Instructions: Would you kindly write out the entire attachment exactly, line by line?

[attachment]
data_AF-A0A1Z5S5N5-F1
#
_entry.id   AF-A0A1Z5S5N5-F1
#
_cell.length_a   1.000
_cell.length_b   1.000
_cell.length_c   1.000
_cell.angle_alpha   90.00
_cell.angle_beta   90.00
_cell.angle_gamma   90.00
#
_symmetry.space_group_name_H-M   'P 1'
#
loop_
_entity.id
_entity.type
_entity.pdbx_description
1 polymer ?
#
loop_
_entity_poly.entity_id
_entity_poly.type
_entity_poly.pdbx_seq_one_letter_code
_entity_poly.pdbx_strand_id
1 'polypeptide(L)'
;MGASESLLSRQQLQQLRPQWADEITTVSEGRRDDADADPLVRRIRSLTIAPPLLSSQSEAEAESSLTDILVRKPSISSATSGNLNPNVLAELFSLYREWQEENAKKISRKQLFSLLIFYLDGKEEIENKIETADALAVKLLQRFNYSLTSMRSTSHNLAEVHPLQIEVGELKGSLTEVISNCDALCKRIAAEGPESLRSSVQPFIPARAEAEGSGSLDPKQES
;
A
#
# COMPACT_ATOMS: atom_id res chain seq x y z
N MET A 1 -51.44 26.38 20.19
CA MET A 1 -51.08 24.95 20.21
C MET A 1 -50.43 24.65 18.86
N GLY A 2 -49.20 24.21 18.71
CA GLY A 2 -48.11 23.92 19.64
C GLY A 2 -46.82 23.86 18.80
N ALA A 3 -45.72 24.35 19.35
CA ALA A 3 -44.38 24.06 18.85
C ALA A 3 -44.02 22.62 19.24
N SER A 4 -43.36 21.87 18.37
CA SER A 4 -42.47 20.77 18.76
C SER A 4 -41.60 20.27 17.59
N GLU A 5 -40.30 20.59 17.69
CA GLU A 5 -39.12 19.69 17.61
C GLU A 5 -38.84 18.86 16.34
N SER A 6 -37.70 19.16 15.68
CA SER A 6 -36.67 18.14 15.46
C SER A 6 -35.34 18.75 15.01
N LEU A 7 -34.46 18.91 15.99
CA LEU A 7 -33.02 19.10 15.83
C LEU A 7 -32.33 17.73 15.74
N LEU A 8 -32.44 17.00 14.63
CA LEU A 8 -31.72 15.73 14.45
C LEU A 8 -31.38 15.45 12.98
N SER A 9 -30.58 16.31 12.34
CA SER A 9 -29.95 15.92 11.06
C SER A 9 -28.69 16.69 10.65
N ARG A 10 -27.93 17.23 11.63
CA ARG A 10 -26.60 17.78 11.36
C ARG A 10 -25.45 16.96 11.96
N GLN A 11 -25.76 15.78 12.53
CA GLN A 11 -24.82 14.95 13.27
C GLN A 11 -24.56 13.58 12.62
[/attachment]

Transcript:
data_AF-A0A1Z5S5N5-F1
#
_entry.id   AF-A0A1Z5S5N5-F1
#
_cell.length_a   1.000
_cell.length_b   1.000
_cell.length_c   1.000
_cell.angle_alpha   90.00
_cell.angle_beta   90.00
_cell.angle_gamma   90.00
#
_symmetry.space_group_name_H-M   'P 1'
#
loop_
_entity.id
_entity.type
_entity.pdbx_description
1 polymer ?
#
loop_
_entity_poly.entity_id
_entity_poly.type
_entity_poly.pdbx_seq_one_letter_code
_entity_poly.pdbx_strand_id
1 'polypeptide(L)'
;MGASESLLSRQQLQQLRPQWADEITTVSEGRRDDADADPLVRRIRSLTIAPPLLSSQSEAEAESSLTDILVRKPSISSATSGNLNPNVLAELFSLYREWQEENAKKISRKQLFSLLIFYLDGKEEIENKIETADALAVKLLQRFNYSLTSMRSTSHNLAEVHPLQIEVGELKGSLTEVISNCDALCKRIAAEGPESLRSSVQPFIPARAEAEGSGSLDPKQES
;
A
#
# COMPACT_ATOMS: atom_id res chain seq x y z
N MET A 1 -51.44 26.38 20.19
CA MET A 1 -51.08 24.95 20.21
C MET A 1 -50.43 24.65 18.86
N GLY A 2 -49.20 24.21 18.71
CA GLY A 2 -48.11 23.92 19.64
C GLY A 2 -46.82 23.86 18.80
N ALA A 3 -45.72 24.35 19.35
CA ALA A 3 -44.38 24.06 18.85
C ALA A 3 -44.02 22.62 19.24
N SER A 4 -43.36 21.87 18.37
CA SER A 4 -42.47 20.77 18.76
C SER A 4 -41.60 20.27 17.59
N GLU A 5 -40.30 20.59 17.69
CA GLU A 5 -39.12 19.69 17.61
C GLU A 5 -38.84 18.86 16.34
N SER A 6 -37.70 19.16 15.68
CA SER A 6 -36.67 18.14 15.46
C SER A 6 -35.34 18.75 15.01
N LEU A 7 -34.46 18.91 15.99
CA LEU A 7 -33.02 19.10 15.83
C LEU A 7 -32.33 17.73 15.74
N LEU A 8 -32.44 17.00 14.63
CA LEU A 8 -31.72 15.73 14.45
C LEU A 8 -31.38 15.45 12.98
N SER A 9 -30.58 16.31 12.34
CA SER A 9 -29.95 15.92 11.06
C SER A 9 -28.69 16.69 10.65
N ARG A 10 -27.93 17.23 11.63
CA ARG A 10 -26.60 17.78 11.36
C ARG A 10 -25.45 16.96 11.96
N GLN A 11 -25.76 15.78 12.53
CA GLN A 11 -24.82 14.95 13.27
C GLN A 11 -24.56 13.58 12.62